Home Secretary Priti Patel has been accused of lobbying a fellow minister on behalf of a healthcare firm trying to get a government contract.
In May last year, Ms Patel wrote to Michael Gove expressing disappointment the government had not bought face masks from a company that had links to someone she knew.
Labour has called for an investigation, saying she breached ministerial rules.
But Ms Patel's spokesman said she acted as she should have.
"The home secretary rightly followed up representations made to her about the vital supply of PPE," the spokesman said.
"During a time of national crisis, failure to do so would have been a dereliction of duty."
In recent weeks there have been a series of revelations about PPE deals awarded to those with government connections.
In May 2020, Ms Patel wrote a letter to Mr Gove, the Cabinet Office minister, about a company called Pharmaceuticals Direct Ltd that was in talks with the government about an order for face masks.
She said the government's "late stage" decision not to use the company had caused problems for the firm.
"I would be most grateful if you could review this matter urgently," she wrote in the letter to Mr Gove.
The contact at Pharmaceuticals Direct Ltd was a man called Samir Jassal, a Conservative activist who Ms Patel knew. According to his LinkedIn, he worked as an adviser to Ms Patel between 2014 and 2015 and on social media describes her as a "good friend".
Health Secretary Matt Hancock wrote back to Ms Patel to say the masks being offered by the firm were "not suitable for use in the NHS".
But the company was later awarded a contract in July 2020, worth just under £103m, to supply a different type of mask.
The letters - which were first reported in the Daily Mail and now seen by the BBC - have come to light as part of a legal challenge by the Good Law Project.
Labour called for an investigation, saying there was "no evidence that the Home Secretary had any interest" in the PPE deal until contacted by Mr Jassal, suggesting she did it "as a favour to her friend".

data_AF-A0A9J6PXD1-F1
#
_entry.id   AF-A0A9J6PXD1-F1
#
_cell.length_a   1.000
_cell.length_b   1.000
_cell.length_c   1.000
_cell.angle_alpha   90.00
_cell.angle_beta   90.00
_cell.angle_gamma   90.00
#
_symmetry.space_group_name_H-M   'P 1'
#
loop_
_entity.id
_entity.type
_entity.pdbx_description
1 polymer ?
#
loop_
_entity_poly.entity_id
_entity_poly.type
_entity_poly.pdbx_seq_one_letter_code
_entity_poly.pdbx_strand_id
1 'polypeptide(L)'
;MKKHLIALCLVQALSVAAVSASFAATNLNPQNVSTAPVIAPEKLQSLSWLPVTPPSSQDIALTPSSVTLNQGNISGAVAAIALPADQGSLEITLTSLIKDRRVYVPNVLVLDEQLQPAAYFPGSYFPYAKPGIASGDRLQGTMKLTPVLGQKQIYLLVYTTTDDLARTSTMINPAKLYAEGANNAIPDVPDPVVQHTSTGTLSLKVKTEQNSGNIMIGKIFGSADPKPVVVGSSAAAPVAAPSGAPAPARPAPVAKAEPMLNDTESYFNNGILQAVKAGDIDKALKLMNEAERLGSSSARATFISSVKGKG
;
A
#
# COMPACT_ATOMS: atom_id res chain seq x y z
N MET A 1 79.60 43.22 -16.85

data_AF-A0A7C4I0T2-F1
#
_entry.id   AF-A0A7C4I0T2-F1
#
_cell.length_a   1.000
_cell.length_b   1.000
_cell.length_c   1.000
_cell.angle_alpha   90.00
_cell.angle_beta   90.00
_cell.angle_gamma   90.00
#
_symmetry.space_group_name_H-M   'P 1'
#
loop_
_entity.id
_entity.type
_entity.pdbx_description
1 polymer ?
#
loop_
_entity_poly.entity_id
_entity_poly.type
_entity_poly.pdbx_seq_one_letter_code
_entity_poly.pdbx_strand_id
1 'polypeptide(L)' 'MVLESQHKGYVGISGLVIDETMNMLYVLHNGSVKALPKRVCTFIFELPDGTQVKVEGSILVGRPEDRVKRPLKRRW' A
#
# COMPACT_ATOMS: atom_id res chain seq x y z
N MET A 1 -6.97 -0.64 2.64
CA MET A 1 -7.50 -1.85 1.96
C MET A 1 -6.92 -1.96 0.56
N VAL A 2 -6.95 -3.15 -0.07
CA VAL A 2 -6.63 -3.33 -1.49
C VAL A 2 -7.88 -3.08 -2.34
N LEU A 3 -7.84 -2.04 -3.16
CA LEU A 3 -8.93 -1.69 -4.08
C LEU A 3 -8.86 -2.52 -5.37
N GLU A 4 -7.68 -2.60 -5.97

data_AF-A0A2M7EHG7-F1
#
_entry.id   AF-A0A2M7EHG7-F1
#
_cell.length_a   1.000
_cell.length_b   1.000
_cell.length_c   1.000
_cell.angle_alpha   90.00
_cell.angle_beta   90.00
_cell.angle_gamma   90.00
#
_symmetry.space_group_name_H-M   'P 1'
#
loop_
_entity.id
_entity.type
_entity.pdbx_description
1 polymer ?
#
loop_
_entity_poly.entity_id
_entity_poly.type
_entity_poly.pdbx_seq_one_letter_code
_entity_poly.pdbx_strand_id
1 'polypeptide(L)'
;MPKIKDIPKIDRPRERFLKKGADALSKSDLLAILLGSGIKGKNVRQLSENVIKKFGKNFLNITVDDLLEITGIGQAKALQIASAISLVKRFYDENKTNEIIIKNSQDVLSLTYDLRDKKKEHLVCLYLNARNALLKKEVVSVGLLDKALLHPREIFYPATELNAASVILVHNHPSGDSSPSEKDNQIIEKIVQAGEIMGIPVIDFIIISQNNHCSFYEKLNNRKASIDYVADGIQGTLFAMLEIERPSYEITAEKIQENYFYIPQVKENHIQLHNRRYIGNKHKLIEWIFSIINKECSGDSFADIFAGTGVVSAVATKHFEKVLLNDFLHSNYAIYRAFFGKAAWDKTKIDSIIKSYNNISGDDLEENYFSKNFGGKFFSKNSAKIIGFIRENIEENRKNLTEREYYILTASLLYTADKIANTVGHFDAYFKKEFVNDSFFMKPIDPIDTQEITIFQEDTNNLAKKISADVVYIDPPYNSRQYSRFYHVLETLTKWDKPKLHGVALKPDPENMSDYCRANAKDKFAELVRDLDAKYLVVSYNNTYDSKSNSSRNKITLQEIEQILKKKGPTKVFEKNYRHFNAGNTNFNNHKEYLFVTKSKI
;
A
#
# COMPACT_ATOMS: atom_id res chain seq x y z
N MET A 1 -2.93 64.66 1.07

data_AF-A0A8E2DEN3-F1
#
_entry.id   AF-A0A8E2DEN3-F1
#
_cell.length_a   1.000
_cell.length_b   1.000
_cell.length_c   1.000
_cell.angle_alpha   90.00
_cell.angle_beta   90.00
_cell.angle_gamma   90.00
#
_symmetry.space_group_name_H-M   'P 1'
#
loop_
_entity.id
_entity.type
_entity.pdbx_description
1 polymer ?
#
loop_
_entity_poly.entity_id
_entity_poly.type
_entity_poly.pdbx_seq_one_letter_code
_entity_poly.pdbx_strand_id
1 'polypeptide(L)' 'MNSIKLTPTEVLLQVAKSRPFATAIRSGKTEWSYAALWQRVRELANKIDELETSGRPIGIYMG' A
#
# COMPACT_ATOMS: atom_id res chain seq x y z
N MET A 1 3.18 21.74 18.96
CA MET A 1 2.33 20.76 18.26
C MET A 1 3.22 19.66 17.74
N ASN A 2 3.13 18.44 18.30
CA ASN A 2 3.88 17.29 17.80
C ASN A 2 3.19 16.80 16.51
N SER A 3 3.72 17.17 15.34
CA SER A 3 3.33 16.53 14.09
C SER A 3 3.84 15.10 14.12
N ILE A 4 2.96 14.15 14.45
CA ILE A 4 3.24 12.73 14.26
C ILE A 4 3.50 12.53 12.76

"This would represent a glaring and flagrant breach of the ministerial code," the party said, referring to the set of rules for ministers' conduct.
Labour pointed to this principle in the code: "Ministers must ensure that no conflict arises, or could reasonably be perceived to arise, between their public duties and their private interests, financial or otherwise".
The Good Law Project, a campaign group which took the government to court over not publishing PPE contracts, is taking legal action over the £103m contract for masks.
The government has previously said ministers have no part in deciding who gets contracts.
After coronavirus hit the UK, the government struck thousands of deals with private companies, spending billions of pounds of public money in the process.
Because it was an emergency, the government was allowed to go directly to preferred suppliers without any competition. But it has led to questions about the way the contracts were chosen.
Mr Jassal previously said the company has 20 years' experience in the healthcare sector and it asked to supply PPE via an online government portal. The company, he said, had supplied PPE to various outlets for many years.
Pharmaceuticals Direct Limited said: "The business is proud of its successful track record of procurement and supply to various medical organisations, including supplying NHS bodies.
"As a business that has specialised in the procurement and delivery of healthcare supplies for more than 20 years, PDL was (and is) both equipped and well suited to find solutions to the urgent demands of the pandemic."
The company also said Mr Jassal was not employed by PDL.
This article was updated on 18 May after Pharmaceuticals Direct Limited responded with a comment.
- DESERT ISLAND DISCS: What music would Billie Piper take with her to a desert island?
- EMILIA CLARKE'S LOCKDOWN DISCOVERY: The Mother of Dragons discusses the book that changed her life